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Jackie Joyner-Kersee: Olympic Champion

Color photograph of Olympic Champion Jackie Joyner-Kersee throwing the javelin

Born in East St. Louis, Illinois, and raised in a house she remembers as "little more than paper and sticks," Jackie Joyner-Kersee eventually became known throughout the world as one of the finest female athletes of all time. The winner of six Olympicmedals, three of them gold, a record-holder in both the multi-event heptathlon and the long jump, and a world-class basketball player, Joyner-Kersee stands as an example of how strength and determination can triumph over adversity. She has battled racial discrimination and gender bias and triumphed in the male-dominated field of athletic competition, despite her personal battle with a debilitating case of exercise-induced asthma.

As a teenager, she won four consecutive National Junior Pentathlon Championships, the first at the age of 14. She played volleyball in high school, but she excelled at basketball and accepted a basketball scholarship to UCLA. There she earned All-America honors as a four-year Bruins starter at forward.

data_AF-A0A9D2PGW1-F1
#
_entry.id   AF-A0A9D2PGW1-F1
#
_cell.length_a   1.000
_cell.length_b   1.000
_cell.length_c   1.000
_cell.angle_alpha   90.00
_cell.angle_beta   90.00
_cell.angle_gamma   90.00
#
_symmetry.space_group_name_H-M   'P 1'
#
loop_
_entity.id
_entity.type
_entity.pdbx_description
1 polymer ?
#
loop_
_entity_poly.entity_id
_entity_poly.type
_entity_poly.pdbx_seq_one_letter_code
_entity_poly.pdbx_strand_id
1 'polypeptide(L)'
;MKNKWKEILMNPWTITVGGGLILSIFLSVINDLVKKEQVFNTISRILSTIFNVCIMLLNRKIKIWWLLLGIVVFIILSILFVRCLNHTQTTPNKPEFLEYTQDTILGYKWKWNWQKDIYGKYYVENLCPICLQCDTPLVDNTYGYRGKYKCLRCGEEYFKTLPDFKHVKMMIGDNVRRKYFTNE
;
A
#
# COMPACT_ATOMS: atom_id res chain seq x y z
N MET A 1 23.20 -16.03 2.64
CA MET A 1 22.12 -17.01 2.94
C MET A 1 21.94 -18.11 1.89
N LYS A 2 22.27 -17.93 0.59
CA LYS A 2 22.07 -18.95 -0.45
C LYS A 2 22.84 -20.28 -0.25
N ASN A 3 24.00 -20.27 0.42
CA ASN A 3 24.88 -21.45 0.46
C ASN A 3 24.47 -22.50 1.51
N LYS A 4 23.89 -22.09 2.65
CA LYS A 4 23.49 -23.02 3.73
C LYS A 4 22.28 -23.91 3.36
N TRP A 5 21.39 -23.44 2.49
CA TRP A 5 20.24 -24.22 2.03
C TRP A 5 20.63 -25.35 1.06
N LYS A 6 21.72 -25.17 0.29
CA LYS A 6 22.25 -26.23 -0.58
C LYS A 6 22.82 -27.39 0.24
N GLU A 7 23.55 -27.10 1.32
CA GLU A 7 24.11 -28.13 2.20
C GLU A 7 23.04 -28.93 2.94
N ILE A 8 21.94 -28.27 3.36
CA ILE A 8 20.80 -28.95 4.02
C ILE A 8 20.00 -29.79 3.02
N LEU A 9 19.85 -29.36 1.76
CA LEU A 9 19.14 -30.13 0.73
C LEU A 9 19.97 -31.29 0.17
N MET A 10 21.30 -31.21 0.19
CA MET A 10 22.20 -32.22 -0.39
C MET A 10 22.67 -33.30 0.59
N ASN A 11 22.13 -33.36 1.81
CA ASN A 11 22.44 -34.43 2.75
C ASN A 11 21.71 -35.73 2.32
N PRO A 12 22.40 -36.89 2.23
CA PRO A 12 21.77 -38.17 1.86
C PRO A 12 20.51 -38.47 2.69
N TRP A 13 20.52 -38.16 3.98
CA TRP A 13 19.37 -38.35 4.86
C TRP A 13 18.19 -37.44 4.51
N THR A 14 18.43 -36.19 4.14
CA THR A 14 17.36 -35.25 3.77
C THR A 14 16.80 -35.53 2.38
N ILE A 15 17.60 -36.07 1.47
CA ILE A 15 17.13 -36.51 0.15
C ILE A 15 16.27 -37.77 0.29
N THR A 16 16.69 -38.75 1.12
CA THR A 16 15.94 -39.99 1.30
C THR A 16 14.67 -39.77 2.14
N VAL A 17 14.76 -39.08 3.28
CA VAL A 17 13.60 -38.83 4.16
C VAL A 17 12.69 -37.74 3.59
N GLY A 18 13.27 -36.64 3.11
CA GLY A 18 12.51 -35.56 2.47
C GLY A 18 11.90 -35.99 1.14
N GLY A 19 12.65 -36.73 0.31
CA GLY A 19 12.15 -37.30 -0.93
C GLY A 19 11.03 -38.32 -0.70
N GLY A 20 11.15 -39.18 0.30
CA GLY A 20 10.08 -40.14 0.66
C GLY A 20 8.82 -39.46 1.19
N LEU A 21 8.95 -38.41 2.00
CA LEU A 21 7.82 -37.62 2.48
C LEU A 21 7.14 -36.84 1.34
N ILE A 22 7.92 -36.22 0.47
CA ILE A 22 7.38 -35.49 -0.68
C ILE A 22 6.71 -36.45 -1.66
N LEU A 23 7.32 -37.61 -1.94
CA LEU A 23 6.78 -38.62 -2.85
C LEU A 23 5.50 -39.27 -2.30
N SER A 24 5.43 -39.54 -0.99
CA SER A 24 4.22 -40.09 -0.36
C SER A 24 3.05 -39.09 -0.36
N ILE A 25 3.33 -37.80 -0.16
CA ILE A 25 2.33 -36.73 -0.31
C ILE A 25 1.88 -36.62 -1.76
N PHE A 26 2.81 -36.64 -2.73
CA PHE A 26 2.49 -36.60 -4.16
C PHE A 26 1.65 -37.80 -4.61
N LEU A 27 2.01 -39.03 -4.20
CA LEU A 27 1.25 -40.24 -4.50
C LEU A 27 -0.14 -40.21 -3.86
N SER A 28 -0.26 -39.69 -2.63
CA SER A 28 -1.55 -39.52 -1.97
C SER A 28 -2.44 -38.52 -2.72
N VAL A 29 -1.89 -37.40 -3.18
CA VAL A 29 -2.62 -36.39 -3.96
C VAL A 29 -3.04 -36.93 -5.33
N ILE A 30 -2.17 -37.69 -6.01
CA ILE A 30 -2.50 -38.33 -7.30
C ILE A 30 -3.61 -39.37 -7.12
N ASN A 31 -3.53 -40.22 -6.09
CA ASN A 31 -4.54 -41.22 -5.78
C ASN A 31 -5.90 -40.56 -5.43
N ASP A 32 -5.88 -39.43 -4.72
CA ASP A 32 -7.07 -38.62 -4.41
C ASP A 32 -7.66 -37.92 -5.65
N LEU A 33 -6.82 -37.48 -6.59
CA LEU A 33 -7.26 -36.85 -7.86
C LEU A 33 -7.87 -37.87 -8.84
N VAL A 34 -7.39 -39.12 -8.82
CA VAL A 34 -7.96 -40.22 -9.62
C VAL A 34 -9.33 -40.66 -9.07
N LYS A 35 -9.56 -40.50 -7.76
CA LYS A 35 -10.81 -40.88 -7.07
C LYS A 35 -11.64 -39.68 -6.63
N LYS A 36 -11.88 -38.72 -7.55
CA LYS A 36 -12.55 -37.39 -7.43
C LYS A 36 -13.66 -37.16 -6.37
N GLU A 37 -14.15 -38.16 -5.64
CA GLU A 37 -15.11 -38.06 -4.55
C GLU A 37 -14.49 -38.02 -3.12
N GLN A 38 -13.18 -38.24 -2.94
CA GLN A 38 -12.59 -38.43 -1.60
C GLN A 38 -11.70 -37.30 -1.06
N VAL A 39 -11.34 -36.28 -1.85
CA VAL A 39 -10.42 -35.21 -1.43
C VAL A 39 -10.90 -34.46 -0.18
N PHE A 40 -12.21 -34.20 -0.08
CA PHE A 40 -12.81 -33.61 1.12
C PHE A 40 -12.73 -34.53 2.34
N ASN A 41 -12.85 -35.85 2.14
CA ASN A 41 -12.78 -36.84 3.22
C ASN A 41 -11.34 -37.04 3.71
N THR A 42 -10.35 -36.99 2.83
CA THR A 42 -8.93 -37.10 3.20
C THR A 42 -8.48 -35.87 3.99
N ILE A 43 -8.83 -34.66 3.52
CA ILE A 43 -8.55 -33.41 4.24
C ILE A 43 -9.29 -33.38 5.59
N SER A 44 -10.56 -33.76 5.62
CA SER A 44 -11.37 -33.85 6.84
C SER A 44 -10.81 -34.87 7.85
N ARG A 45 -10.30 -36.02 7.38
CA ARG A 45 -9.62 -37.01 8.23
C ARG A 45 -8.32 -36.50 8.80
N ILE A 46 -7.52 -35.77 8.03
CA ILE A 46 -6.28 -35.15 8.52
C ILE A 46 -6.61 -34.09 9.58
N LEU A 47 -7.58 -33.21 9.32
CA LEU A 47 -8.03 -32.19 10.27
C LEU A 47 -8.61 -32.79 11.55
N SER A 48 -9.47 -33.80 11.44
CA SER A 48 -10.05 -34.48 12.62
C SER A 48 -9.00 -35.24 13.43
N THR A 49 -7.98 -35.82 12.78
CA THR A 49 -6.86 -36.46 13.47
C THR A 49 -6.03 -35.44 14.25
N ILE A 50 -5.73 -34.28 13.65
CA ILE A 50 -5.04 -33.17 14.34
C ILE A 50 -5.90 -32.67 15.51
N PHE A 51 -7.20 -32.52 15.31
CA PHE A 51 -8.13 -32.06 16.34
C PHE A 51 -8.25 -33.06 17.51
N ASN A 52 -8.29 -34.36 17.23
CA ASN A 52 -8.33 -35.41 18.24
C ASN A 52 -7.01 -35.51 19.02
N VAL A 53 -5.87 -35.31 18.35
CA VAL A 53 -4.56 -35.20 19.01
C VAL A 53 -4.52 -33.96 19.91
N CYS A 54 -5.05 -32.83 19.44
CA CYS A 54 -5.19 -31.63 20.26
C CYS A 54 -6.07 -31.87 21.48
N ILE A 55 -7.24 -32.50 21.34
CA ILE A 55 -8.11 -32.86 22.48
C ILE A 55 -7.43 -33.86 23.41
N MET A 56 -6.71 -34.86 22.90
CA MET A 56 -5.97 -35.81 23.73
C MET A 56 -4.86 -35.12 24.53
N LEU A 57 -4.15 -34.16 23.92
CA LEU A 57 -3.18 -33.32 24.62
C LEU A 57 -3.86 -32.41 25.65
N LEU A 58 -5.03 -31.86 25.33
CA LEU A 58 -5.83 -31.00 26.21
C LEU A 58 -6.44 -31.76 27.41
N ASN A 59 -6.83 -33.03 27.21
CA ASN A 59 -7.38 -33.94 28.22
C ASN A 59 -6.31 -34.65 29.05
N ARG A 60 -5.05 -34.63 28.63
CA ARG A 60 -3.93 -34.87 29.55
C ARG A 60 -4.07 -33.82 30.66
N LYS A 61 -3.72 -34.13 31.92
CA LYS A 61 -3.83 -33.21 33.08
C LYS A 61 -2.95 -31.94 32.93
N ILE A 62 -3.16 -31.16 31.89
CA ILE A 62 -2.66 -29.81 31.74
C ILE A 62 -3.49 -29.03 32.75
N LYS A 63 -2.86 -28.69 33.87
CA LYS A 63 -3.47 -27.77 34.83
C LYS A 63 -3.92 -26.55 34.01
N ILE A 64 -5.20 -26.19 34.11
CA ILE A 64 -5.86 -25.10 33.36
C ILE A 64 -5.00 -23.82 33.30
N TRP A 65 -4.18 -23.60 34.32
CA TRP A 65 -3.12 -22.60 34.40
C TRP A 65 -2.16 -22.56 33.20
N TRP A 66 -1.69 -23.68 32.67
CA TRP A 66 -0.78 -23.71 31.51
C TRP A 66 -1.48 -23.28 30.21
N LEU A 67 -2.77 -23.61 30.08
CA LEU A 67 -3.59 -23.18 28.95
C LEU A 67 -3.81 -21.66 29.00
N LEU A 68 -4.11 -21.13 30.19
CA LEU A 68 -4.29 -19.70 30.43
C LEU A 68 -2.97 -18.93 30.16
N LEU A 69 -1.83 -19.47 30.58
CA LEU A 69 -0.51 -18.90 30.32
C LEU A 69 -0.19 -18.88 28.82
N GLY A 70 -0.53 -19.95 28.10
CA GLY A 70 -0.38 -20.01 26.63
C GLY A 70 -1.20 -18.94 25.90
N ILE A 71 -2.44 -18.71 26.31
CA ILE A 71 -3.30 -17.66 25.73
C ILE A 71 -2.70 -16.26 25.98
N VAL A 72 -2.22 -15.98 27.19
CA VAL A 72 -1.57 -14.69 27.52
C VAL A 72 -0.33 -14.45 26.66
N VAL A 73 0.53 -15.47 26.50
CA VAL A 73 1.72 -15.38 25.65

Jackie competed at the 1984 Summer Olympic Games in Los Angeles, where she won the silver medal in the heptathlon. In 1988, she surpassed her own record, scoring 7,291 points in the Olympic heptathlon in Seoul, South Korea, winning the gold medal and setting the world, Olympic, and American records for the event. Joyner-Kersee also won the gold medal and set the Olympic record in the long jump at Seoul, with a leap of 24 feet three inches.

In the '92 Olympics in Barcelona, Spain, she won the heptathlon again and took third in the long jump. A sufferer of exercise-induced asthma, Joyner-Kersee officially retired from track and field in 2001, at age 38. Sports Illustrated for Women magazine voted Joyner-Kersee the Greatest Female Athlete of the 20th century, just ahead of Babe Didrikson Zaharias.Following her retirement, she founded the Jackie Joyner-Kersee Youth Center Foundation, which is aimed at encouraging youth in her underprivileged hometown to play sports.

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